Ports are then aged in oak barrels or stainless steal vats for 4-18 months and then shipped to port houses in Porto, Portugal’s second largest city, where they are taste tested and a decision is made as to what type of port the wine will become. Some will be bottled immediately, others aged a few months longer to become “ruby” ports, still others will be aged even longer and become “tawny” ports.
What’s the difference between a ruby and a tawny port?
Ruby ports are aged for no more than 3 years before bottling resulting in a younger, darker, and fruitier wine than the tawny ports. They can also be quite tannic with notes of blackberries, cherries, plums, chocolate, clove, and cinnamon.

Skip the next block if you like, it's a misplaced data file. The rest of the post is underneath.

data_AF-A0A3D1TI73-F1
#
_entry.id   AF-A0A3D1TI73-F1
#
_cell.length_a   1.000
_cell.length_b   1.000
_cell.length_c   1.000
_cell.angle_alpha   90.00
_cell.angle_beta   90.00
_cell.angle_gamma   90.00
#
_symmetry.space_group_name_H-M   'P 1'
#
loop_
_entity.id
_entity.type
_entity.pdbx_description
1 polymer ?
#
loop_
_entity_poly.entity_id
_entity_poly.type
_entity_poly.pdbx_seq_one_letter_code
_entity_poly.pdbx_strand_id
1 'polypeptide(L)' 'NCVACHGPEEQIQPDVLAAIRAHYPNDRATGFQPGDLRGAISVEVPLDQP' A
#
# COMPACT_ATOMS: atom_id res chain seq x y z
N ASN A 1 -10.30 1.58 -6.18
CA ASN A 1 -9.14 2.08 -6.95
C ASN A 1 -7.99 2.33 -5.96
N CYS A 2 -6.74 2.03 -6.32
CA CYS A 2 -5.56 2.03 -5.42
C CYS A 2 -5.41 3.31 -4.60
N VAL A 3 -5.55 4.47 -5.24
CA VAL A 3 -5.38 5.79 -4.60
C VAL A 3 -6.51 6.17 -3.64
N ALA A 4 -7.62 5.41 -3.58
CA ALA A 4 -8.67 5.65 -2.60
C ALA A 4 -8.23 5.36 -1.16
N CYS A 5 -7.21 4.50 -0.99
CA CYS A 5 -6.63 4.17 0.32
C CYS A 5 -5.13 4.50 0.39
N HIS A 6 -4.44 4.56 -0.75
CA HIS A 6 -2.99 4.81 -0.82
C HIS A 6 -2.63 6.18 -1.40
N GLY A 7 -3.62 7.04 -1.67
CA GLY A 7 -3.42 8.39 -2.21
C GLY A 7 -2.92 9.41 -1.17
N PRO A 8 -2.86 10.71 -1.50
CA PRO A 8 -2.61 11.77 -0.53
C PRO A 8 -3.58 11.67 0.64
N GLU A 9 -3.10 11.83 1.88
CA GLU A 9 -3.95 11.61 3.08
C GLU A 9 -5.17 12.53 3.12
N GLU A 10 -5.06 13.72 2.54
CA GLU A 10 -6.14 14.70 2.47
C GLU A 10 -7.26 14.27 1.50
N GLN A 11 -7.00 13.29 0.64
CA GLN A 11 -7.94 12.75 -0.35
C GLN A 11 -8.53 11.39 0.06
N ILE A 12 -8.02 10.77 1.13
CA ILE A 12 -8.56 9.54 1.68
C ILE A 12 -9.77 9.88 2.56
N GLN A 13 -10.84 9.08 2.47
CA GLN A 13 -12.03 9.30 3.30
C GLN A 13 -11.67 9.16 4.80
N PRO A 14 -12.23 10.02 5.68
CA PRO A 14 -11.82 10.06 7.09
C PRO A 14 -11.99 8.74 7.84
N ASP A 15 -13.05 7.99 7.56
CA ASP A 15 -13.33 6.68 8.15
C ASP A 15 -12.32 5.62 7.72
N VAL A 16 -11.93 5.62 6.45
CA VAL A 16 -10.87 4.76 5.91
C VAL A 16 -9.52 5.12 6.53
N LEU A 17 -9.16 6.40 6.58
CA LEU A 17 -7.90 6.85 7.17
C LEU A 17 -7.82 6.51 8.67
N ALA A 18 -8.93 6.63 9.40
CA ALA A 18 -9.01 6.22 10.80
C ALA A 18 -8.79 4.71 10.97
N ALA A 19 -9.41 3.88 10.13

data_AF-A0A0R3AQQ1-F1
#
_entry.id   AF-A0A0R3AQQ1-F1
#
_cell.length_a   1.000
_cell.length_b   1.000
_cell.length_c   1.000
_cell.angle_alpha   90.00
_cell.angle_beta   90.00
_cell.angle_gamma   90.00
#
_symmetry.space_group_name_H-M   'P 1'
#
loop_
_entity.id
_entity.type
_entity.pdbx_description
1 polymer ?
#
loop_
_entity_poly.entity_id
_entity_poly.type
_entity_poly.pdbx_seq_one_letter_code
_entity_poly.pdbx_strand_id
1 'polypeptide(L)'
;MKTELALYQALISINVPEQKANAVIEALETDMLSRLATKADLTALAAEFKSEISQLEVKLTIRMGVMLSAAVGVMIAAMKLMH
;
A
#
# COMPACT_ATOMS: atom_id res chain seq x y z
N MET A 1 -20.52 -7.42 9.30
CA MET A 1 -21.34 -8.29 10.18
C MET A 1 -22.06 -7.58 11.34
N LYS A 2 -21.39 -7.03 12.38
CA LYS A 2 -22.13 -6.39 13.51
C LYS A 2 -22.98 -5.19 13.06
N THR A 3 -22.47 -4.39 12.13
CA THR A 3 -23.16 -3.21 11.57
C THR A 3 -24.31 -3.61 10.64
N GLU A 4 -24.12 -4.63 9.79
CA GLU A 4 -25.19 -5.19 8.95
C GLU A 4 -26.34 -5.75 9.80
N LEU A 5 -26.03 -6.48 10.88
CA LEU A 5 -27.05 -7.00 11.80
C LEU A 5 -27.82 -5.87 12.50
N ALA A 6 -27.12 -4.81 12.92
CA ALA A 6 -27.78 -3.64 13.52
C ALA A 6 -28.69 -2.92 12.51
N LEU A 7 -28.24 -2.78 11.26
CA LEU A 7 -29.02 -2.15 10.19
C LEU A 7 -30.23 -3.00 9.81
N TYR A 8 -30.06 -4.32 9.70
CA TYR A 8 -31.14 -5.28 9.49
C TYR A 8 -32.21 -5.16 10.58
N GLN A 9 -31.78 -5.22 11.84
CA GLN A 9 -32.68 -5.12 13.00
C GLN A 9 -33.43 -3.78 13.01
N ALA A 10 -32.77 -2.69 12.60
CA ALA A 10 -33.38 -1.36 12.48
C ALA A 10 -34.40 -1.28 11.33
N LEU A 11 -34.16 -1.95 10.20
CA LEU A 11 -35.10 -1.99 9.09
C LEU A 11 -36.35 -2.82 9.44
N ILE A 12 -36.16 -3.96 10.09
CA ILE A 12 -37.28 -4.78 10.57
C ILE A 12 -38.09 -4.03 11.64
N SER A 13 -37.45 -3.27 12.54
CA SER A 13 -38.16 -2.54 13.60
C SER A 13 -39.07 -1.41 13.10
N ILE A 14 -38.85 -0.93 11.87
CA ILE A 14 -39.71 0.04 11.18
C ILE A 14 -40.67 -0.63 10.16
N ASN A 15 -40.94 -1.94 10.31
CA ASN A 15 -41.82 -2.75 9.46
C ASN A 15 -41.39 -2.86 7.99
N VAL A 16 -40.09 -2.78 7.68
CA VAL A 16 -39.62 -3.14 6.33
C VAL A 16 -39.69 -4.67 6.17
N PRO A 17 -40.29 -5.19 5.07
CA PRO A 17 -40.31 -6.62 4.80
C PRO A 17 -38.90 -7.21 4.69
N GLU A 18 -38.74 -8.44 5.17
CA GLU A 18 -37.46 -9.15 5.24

Tawny ports are essentially made the same way as ruby ports but are aged far longer than the ruby’s three years – some are aged for as long as 40 plus years! Tawny ports are aged in oak barrels and are allowed to gradually oxidize over time as some evaporation of the wine occurs through the barrel. This results in a lighter, brownish colored port. The flavors of a tawny include raisins, nuts, cinnamon, clove, vanilla, butterscotch, and caramel and sometimes even more exotic herb or spice flavors.
If you’ve never tried a good port wine … you should, it’s one of wine-makings finest offerings.